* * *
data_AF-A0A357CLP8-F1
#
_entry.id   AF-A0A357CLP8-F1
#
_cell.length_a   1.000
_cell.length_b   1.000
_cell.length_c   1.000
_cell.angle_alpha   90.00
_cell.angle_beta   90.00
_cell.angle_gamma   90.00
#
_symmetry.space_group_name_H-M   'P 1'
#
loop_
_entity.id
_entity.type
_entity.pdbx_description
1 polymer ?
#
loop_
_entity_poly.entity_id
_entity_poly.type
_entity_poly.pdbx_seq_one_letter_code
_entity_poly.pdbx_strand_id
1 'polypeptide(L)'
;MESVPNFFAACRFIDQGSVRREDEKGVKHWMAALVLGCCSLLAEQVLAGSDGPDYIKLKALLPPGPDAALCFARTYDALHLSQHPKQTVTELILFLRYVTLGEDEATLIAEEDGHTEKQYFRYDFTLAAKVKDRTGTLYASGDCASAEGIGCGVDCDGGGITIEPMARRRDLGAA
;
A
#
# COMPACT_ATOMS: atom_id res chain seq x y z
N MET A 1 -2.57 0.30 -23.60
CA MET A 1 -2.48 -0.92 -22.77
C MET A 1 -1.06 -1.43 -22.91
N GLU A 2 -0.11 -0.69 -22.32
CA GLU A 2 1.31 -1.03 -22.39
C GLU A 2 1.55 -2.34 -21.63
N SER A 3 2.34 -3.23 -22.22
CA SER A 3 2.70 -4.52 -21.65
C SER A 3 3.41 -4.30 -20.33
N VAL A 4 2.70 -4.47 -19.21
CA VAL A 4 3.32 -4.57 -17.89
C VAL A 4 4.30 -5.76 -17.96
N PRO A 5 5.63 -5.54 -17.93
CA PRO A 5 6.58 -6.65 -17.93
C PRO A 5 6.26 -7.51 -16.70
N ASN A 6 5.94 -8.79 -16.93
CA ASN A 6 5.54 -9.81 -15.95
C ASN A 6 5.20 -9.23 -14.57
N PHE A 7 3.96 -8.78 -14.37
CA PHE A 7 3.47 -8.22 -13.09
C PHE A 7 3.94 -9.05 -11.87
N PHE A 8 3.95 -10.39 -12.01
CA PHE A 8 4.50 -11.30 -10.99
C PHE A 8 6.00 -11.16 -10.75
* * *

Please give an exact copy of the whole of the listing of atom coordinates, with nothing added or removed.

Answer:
data_AF-A0A357CLP8-F1
#
_entry.id   AF-A0A357CLP8-F1
#
_cell.length_a   1.000
_cell.length_b   1.000
_cell.length_c   1.000
_cell.angle_alpha   90.00
_cell.angle_beta   90.00
_cell.angle_gamma   90.00
#
_symmetry.space_group_name_H-M   'P 1'
#
loop_
_entity.id
_entity.type
_entity.pdbx_description
1 polymer ?
#
loop_
_entity_poly.entity_id
_entity_poly.type
_entity_poly.pdbx_seq_one_letter_code
_entity_poly.pdbx_strand_id
1 'polypeptide(L)'
;MESVPNFFAACRFIDQGSVRREDEKGVKHWMAALVLGCCSLLAEQVLAGSDGPDYIKLKALLPPGPDAALCFARTYDALHLSQHPKQTVTELILFLRYVTLGEDEATLIAEEDGHTEKQYFRYDFTLAAKVKDRTGTLYASGDCASAEGIGCGVDCDGGGITIEPMARRRDLGAA
;
A
#
# COMPACT_ATOMS: atom_id res chain seq x y z
N MET A 1 -2.57 0.30 -23.60
CA MET A 1 -2.48 -0.92 -22.77
C MET A 1 -1.06 -1.43 -22.91
N GLU A 2 -0.11 -0.69 -22.32
CA GLU A 2 1.31 -1.03 -22.39
C GLU A 2 1.55 -2.34 -21.63
N SER A 3 2.34 -3.23 -22.22
CA SER A 3 2.70 -4.52 -21.65
C SER A 3 3.41 -4.30 -20.33
N VAL A 4 2.70 -4.47 -19.21
CA VAL A 4 3.32 -4.57 -17.89
C VAL A 4 4.30 -5.76 -17.96
N PRO A 5 5.63 -5.54 -17.93
CA PRO A 5 6.58 -6.65 -17.93
C PRO A 5 6.26 -7.51 -16.70
N ASN A 6 5.94 -8.79 -16.93
CA ASN A 6 5.54 -9.81 -15.95
C ASN A 6 5.20 -9.23 -14.57
N PHE A 7 3.96 -8.78 -14.37
CA PHE A 7 3.47 -8.22 -13.09
C PHE A 7 3.94 -9.05 -11.87
N PHE A 8 3.95 -10.39 -12.01
CA PHE A 8 4.50 -11.30 -10.99
C PHE A 8 6.00 -11.16 -10.75